Mallard And Claret

Mallard And Claret

Mallard And Claret


The Mallard and Claret, Described by many as the sheet anchor of the Stillwater angler, this is a fine pattern and can be relied upon to produce results throughout the season.

Although I am sure it was never intended to represent any particular insect, it is, with its rather drab colouring, suggestive of many forms of aquatic life. 

It is therefore a good pattern to try if you are uncertain on what the trout may be feeding, or when on a strange water. 

The smaller sizes seem to be more effective early in the year, but I favour the larger sizes from July on-wards. It should be fished slowly rather than fast,and it seems equally effective from both bank or boat and at any level in the water where the fish happen to be feeding.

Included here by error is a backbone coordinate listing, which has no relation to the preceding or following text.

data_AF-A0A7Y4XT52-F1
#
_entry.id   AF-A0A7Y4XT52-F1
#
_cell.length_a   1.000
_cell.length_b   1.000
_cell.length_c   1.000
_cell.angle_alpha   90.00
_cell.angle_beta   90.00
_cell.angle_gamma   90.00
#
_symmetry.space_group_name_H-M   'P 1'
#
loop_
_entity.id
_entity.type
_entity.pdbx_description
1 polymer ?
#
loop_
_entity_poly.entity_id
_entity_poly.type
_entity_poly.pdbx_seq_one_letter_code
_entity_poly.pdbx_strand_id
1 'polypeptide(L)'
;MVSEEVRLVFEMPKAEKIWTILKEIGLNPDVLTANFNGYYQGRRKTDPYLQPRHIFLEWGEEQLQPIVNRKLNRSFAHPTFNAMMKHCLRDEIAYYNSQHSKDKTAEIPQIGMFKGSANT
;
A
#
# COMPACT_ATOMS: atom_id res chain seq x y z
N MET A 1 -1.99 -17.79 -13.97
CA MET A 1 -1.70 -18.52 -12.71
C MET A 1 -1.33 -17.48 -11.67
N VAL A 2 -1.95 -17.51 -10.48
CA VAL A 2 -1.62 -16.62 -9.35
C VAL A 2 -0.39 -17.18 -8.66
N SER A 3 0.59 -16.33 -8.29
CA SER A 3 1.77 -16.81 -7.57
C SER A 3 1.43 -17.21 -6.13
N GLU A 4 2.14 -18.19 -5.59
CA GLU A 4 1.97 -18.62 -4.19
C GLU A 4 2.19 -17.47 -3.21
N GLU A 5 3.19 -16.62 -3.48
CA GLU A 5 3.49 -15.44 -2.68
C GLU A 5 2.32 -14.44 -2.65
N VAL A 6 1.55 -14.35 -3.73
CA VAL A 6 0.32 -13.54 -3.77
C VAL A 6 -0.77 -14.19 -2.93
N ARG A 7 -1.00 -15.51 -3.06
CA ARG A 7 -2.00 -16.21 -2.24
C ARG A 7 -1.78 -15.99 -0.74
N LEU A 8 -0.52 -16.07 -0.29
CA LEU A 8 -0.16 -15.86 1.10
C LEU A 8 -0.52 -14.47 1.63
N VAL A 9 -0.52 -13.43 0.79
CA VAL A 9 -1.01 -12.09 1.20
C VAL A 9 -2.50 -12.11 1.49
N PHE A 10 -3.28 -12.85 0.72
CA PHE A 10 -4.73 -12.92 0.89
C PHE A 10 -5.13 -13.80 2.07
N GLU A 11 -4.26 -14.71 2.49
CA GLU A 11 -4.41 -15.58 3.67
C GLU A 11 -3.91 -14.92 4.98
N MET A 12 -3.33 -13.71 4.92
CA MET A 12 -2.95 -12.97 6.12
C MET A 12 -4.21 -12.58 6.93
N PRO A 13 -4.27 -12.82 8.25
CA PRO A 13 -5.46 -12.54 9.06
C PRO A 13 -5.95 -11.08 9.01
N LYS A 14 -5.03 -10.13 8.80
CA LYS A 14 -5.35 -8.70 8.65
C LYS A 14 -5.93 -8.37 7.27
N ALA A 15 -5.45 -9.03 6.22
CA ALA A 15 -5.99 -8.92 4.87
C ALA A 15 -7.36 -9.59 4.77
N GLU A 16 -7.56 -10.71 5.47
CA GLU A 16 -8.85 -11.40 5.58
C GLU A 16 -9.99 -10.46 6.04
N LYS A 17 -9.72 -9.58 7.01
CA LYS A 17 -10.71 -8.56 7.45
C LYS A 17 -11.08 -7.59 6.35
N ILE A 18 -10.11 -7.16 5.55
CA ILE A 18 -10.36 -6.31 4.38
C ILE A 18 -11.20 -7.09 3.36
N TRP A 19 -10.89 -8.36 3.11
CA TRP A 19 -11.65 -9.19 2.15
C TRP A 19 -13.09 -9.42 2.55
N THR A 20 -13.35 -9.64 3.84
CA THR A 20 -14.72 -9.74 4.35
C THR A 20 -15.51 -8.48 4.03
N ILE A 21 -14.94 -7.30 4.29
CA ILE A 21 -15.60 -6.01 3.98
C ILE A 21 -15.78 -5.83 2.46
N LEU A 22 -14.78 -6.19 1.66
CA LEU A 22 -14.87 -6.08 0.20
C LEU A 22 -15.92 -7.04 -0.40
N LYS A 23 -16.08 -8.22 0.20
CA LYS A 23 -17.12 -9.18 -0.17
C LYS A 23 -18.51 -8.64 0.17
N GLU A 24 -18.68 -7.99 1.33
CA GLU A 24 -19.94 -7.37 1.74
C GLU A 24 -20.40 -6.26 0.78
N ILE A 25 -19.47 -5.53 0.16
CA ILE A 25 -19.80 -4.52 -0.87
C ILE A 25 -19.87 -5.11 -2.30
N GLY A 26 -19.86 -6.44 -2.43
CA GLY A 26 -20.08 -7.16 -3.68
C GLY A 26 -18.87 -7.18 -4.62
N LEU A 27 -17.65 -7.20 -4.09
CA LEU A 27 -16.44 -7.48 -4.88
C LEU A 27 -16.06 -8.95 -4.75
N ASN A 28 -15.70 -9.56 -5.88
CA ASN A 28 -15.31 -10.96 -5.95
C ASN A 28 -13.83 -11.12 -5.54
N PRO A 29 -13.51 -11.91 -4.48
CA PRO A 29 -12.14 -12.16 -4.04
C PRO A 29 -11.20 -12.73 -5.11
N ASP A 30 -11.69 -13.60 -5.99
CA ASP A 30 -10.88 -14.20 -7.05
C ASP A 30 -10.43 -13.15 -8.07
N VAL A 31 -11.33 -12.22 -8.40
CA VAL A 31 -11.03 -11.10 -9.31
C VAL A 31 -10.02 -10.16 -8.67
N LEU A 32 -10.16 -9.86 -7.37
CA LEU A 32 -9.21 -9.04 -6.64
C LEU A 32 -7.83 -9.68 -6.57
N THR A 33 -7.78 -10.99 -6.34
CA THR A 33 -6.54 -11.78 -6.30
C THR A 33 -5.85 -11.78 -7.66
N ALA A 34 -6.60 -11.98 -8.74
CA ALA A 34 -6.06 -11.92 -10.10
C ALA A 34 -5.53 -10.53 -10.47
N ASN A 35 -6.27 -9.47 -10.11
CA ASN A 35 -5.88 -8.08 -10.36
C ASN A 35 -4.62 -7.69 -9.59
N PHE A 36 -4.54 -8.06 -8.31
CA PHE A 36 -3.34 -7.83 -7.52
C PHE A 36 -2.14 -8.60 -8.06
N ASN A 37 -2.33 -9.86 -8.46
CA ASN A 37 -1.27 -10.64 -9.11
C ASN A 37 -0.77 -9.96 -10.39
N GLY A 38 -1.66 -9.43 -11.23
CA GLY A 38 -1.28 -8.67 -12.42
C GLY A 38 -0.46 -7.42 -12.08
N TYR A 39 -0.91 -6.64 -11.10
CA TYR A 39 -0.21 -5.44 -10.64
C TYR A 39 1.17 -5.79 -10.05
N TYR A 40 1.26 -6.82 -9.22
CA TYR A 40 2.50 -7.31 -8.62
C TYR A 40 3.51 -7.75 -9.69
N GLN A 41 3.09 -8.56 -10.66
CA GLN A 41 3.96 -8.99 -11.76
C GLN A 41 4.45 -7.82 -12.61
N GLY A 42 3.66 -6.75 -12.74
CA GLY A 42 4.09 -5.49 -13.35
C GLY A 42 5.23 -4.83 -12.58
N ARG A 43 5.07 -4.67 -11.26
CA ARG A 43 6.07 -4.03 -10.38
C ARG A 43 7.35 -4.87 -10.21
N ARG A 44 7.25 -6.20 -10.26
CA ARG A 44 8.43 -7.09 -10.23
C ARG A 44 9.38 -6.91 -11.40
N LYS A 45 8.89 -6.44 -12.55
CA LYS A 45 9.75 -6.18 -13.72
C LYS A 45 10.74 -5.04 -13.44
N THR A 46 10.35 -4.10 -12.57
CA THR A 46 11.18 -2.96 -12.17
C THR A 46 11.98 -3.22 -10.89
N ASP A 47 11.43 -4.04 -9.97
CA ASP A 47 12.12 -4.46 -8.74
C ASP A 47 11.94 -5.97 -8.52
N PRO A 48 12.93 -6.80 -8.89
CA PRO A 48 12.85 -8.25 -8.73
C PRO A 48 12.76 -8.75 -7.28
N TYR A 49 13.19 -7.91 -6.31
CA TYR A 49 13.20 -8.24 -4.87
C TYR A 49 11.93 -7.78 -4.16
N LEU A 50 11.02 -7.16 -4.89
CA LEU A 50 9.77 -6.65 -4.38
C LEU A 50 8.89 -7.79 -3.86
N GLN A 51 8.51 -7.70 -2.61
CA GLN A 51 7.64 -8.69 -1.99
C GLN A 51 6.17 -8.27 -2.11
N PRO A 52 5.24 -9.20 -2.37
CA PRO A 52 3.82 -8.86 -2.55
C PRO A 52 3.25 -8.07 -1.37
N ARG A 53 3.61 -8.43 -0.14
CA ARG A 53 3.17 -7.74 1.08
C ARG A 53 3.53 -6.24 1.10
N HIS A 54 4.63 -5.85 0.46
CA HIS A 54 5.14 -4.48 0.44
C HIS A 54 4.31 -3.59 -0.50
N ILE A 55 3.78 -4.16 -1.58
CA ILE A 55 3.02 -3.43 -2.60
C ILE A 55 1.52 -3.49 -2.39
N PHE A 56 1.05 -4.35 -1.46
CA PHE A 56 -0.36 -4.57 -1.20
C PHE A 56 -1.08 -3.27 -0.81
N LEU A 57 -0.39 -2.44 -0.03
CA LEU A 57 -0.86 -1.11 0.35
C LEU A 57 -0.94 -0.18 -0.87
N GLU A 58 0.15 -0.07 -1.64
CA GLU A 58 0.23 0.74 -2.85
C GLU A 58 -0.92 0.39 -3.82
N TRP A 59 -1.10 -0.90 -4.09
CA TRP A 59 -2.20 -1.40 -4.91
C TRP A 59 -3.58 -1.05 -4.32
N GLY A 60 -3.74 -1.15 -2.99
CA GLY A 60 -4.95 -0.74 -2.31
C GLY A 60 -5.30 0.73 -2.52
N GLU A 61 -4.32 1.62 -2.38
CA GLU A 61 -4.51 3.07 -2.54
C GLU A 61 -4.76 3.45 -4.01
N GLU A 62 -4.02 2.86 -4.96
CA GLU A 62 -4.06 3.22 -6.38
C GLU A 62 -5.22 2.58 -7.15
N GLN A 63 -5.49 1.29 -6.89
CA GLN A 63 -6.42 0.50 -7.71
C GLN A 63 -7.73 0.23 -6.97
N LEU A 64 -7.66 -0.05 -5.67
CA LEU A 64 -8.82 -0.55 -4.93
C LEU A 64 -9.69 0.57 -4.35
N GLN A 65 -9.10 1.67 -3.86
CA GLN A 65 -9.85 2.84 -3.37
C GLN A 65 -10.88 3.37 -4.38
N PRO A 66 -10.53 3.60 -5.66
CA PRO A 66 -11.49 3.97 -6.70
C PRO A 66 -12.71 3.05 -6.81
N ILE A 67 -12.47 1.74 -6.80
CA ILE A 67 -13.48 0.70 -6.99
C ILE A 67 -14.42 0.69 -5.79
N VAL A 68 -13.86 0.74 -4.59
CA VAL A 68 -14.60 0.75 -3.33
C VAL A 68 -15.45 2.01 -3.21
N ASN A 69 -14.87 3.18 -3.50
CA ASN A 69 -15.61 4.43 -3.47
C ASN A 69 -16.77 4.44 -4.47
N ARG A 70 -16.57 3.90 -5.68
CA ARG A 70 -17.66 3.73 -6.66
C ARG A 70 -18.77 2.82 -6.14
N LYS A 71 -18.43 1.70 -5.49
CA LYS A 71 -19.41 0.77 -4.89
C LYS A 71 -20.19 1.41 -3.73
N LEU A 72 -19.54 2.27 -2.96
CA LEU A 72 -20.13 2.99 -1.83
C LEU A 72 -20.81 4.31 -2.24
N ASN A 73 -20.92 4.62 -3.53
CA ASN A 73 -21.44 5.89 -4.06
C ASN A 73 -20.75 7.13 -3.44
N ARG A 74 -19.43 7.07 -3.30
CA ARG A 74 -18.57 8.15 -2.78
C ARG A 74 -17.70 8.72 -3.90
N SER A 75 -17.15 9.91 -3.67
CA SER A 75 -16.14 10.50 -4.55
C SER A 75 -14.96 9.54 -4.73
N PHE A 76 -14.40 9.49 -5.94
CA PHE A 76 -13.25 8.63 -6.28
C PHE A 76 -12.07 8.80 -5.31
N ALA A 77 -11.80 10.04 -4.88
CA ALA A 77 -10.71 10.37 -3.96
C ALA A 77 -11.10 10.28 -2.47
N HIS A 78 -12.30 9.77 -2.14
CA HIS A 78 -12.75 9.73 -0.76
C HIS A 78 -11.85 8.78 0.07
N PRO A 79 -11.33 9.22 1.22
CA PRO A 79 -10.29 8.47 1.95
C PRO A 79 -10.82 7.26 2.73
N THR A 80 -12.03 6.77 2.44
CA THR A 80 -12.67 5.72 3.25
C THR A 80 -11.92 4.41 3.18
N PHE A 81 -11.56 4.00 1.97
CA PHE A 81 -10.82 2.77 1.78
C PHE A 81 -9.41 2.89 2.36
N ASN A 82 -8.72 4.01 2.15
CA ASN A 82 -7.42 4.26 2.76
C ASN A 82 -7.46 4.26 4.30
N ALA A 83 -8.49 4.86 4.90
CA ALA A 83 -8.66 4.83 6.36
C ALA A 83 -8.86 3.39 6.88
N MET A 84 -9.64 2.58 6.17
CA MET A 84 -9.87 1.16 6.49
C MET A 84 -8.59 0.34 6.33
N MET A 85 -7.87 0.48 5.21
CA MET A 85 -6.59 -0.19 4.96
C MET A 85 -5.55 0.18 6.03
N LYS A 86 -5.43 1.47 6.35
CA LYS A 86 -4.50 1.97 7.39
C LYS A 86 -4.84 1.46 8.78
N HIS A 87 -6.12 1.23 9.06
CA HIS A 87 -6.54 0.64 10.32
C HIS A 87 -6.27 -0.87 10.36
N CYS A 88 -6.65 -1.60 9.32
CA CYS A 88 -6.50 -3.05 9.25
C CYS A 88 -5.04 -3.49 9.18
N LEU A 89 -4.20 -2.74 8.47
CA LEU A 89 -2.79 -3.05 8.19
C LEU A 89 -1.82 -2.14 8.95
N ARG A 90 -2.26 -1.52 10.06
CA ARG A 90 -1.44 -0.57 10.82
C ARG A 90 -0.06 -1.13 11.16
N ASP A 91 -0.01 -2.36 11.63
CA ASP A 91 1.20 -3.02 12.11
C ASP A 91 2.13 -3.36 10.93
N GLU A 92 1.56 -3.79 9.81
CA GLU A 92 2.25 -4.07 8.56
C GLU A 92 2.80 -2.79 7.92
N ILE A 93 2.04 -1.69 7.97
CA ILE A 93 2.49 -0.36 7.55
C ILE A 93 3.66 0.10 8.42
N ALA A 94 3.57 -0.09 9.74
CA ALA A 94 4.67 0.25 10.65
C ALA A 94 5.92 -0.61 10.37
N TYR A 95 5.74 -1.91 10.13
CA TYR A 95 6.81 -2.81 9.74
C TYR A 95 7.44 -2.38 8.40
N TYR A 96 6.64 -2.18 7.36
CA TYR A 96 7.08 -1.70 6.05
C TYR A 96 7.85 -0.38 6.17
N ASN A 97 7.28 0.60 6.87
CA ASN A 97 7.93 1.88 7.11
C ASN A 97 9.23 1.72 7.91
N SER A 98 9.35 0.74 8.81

Most authorities seem to favour fishing it on the point, but I have always found it more effective when fished from a dropper.

Once you have mastered the art of winging a fly, the tying of this pattern should present no problems. The first operation is to tie in about six short golden pheasant tippets to form the tail,using black tying silk. Then add a length of fine gold wire to rib the body, which is formed from very dark claret seal’s fur.

This should be wound on thickening towards the shoulders.Next wind on the ribbing and tie in your hackle of white cock dyed claret. Finally the wings of dark bronze mallard are tied in on top and sloping well back.

I prefer a dark claret hackle, while some fly dressers seem to favour a dark red cock or even a black hackle.



Hooks: Size 10 to 14.

Silk: Black.

Rib: Fine Gold Wire.

Body: Dark Claret Seal’s Fur.

Hackle: Claret Or Natural Red Cock.

Wings: Dark Bronze Speckled Feathers From a Mallard.

Tail: Golden Pheasant Tippet Feathers.

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